The queen gave Ian Hancock the title of Officer of the Order of the British Empire for his work studying Romani culture and its people, whom many incorrectly call Gypsies.
In the forward to Ian Hancock‘s 2010 book, “Danger! Educated Gypsy,” his editor described Hancock as an “unusual man.” Now, the professor emeritus in English and linguistics at the University of Texas at Austin has accepted an award that further sets him apart from the average scholar: in December, Queen Elizabeth II of Britain made him an Officer of the Most Excellent Order of the British Empire.
Hancock says he started his academic career studying Creole languages, but he shifted toward teaching Romani studies once he became tenured at UT.
“Romani is the proper word for a population known, incorrectly, as Gypsies,” Hancock says.
Hancock, who is Romani, says his students misunderstood what “Gypsy” meant at first.
“Several of the students who showed up [to his first Romani studies class] were barefooted and had beads and earrings and the works, long dresses,” Hancock says. “When they found out that it was a much more serious course than that, I lost a number of students.”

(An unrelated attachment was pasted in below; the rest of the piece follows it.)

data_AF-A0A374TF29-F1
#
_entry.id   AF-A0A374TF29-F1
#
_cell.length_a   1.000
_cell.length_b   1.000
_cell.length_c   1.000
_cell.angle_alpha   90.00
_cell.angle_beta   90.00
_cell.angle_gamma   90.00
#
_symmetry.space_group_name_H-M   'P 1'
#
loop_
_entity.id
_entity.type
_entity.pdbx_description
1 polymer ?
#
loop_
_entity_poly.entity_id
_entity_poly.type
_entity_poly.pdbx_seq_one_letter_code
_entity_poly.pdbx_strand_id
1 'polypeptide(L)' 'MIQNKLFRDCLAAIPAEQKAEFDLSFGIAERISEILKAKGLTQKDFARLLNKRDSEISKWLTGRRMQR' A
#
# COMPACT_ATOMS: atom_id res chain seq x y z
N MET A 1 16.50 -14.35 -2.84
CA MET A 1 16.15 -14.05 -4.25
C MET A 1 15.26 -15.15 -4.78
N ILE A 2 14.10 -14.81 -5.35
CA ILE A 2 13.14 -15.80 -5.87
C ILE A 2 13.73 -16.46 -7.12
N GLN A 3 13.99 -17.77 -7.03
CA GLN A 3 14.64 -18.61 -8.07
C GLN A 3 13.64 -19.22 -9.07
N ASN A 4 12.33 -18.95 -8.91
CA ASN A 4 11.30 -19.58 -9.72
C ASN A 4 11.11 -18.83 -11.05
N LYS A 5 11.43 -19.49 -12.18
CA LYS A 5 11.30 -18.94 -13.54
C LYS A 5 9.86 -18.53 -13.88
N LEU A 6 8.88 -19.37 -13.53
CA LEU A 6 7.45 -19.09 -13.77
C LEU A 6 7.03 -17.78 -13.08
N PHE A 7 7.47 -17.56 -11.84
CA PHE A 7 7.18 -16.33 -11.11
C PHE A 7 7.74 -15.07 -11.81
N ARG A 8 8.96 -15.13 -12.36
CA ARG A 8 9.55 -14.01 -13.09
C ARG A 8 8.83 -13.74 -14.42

Part of that misunderstanding, he says, came from the many negative stereotypes about Romani people. They’re often thought to exist on the fringes of society, and are associated with fortune-telling and baby-stealing, Hancock says. Even some of his colleagues initially resisted his efforts to study Romani people as an official, distinct culture.
“If we as a population cannot be taken seriously, then the problems that we face can’t be taken seriously,” Hancock says.